reviews  Middle_East  Iraq  Iraq_War  literature  world_literature 
june 2018 by micahrobbins
The Cost of War: Parts and Labor
This review of Ahmed Saadawi’s novel *Frankenstein in Baghdad* offers a virtual reading list in Iraq War fiction and sci-fi/gothic literature coming out of the Middle East.
Middle_East  science_fiction  gothic  literature  world_literature  Iraq  Iraq_War 
june 2018 by micahrobbins
ISIS And The Perils Of Moral Clarity
Miller says moral clarity provides an explanation why “we are right to kill and the other side is wrong to kill.” As a general point we should be skeptical about always assuming the moral righteousness of our cause and that God is on our side; many armies in history assumed this and justified some quite horrific things on that basis. But even in cases where we are in the moral right—and I would count the U.S. war against al Qaeda as a case where we are unambiguously in the moral right, and opposition to ISIS as another—that fact should not enable us to do things that are illegal or immoral in the service of our righteous cause. Too often, moral clarity does just that—it tells us that since our ends are just, then any means used to secure them are permissible. This leads us to go to, as Vice President Dick Cheney memorably put it, “the dark side,” and leaves us a decade on with our reputation stained by torture in Abu Ghraib and the legal and moral mess of the Guantanamo Bay prison. This is what I meant by moral clarity being seductive—it feeds the spirit with a sense of righteousness that can sometimes silence the conscience and quietly enable some nasty actions in the service of what we know, in the end, to be right.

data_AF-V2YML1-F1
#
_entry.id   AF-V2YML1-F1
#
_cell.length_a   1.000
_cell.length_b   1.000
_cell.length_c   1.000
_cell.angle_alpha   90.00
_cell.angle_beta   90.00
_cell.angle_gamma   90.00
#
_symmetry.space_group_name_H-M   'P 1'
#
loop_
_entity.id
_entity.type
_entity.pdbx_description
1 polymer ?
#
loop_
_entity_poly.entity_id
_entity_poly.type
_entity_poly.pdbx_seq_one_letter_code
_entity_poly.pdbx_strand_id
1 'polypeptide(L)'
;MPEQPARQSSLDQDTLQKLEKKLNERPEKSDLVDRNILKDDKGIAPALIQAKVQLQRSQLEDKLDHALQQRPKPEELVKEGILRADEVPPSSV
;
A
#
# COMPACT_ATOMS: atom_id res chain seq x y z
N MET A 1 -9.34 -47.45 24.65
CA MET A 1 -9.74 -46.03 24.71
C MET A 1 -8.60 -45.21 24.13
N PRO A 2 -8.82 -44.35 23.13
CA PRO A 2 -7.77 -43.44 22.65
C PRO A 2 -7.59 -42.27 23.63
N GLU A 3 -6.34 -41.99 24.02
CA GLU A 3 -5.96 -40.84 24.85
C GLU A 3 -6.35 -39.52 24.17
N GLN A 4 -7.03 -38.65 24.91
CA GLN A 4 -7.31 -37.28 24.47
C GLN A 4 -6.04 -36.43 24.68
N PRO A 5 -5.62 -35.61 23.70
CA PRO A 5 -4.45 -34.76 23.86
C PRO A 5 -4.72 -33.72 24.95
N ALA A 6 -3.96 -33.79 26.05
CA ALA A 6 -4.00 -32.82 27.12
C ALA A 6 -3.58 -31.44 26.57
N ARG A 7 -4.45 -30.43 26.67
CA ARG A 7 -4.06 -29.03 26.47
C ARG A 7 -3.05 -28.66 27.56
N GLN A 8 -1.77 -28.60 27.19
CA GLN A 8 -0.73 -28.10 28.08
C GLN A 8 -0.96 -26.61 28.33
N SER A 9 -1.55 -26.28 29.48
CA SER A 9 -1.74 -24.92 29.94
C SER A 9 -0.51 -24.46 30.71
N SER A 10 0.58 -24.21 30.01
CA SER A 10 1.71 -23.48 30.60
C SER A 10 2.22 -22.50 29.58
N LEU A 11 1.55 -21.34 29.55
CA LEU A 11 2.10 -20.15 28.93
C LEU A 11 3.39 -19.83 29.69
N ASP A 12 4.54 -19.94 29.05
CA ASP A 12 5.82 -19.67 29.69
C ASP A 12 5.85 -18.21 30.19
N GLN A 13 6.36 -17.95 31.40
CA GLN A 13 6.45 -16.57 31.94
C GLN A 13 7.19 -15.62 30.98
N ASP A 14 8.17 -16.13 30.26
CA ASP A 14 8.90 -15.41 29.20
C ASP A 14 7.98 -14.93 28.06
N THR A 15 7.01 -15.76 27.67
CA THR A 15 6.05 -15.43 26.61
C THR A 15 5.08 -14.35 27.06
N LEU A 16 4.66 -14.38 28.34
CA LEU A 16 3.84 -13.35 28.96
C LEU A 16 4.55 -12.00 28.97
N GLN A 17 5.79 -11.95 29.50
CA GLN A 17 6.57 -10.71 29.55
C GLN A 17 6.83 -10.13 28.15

Iraq  Iraq_War  Violence_y_Power  state  Power_materials  Iraq_Book 
september 2017 by Jibarosoy
Fractured Lands: How the Arab World Came Apart - The New York Times